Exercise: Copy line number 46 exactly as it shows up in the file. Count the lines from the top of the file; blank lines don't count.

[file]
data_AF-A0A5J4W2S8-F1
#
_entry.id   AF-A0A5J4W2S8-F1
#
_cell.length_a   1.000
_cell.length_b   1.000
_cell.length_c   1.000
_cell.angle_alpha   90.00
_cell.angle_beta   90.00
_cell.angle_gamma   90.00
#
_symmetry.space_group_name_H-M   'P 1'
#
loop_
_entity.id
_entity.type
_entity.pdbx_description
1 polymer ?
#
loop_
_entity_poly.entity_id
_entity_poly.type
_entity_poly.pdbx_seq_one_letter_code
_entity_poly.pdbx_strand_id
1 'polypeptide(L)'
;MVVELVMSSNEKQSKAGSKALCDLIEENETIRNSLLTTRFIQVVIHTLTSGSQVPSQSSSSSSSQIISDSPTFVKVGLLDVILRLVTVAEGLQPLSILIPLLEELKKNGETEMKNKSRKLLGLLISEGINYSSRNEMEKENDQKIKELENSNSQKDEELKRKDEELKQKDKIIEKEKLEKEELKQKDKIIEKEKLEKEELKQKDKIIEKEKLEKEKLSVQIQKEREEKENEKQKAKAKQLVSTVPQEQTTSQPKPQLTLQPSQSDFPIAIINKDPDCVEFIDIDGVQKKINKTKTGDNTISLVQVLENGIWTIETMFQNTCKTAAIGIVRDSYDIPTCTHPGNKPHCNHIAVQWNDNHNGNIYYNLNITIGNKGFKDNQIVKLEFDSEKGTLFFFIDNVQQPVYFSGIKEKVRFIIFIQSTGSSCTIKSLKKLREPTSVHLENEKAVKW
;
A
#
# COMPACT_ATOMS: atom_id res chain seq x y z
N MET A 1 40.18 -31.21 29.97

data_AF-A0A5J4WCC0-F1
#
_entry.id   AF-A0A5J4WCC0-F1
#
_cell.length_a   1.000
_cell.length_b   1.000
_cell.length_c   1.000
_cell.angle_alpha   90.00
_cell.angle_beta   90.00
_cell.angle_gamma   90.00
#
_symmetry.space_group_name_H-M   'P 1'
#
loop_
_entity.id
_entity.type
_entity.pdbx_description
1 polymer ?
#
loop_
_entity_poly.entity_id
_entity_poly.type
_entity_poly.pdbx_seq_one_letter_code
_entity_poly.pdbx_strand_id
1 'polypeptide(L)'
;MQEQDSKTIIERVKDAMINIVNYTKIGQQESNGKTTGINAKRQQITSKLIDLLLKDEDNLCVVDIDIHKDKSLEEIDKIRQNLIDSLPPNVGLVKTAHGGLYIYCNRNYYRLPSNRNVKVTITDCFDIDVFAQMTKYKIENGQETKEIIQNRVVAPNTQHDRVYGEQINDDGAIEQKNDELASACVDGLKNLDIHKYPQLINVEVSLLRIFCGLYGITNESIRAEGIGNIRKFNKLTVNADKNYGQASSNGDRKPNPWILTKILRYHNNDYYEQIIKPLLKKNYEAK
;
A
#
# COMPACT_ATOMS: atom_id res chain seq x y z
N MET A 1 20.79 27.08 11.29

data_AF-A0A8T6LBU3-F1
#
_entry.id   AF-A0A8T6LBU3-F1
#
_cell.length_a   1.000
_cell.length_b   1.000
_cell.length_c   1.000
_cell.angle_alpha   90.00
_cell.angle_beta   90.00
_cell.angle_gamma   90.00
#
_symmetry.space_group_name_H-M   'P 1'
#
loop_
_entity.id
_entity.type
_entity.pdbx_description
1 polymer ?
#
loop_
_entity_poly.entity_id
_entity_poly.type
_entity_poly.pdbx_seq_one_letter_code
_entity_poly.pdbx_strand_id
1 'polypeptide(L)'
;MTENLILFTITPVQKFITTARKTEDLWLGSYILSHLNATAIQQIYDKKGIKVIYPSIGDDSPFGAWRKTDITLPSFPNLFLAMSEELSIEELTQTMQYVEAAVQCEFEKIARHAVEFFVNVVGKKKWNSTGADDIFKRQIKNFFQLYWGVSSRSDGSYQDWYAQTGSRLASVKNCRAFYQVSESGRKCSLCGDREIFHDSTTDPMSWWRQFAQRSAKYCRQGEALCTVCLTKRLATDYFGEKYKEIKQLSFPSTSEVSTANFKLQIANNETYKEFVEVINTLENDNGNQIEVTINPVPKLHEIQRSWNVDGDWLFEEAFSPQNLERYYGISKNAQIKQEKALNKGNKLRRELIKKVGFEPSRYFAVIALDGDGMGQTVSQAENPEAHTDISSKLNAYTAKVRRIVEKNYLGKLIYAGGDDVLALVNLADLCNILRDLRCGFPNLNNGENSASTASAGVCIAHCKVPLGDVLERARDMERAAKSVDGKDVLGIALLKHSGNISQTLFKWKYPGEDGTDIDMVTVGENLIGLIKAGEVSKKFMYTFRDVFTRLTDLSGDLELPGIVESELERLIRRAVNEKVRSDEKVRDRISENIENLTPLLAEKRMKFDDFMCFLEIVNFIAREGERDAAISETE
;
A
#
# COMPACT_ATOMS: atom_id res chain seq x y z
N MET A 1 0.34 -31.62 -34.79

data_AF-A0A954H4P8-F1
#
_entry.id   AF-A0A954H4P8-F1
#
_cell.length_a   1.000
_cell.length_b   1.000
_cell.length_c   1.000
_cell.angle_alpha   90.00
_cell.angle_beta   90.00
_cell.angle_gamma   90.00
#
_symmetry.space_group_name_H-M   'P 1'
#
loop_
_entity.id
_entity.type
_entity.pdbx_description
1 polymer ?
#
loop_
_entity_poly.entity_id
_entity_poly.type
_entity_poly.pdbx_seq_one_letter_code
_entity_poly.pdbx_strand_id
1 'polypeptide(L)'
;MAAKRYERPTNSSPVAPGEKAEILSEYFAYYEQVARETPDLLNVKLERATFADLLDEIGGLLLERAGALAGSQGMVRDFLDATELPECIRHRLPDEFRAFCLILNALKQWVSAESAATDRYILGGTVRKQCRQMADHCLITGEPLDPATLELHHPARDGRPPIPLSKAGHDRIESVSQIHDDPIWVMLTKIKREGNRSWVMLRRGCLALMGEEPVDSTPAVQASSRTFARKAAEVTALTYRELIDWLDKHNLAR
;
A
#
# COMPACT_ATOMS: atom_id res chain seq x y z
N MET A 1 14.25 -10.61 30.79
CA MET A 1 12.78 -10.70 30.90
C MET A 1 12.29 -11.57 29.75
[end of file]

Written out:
_entity.id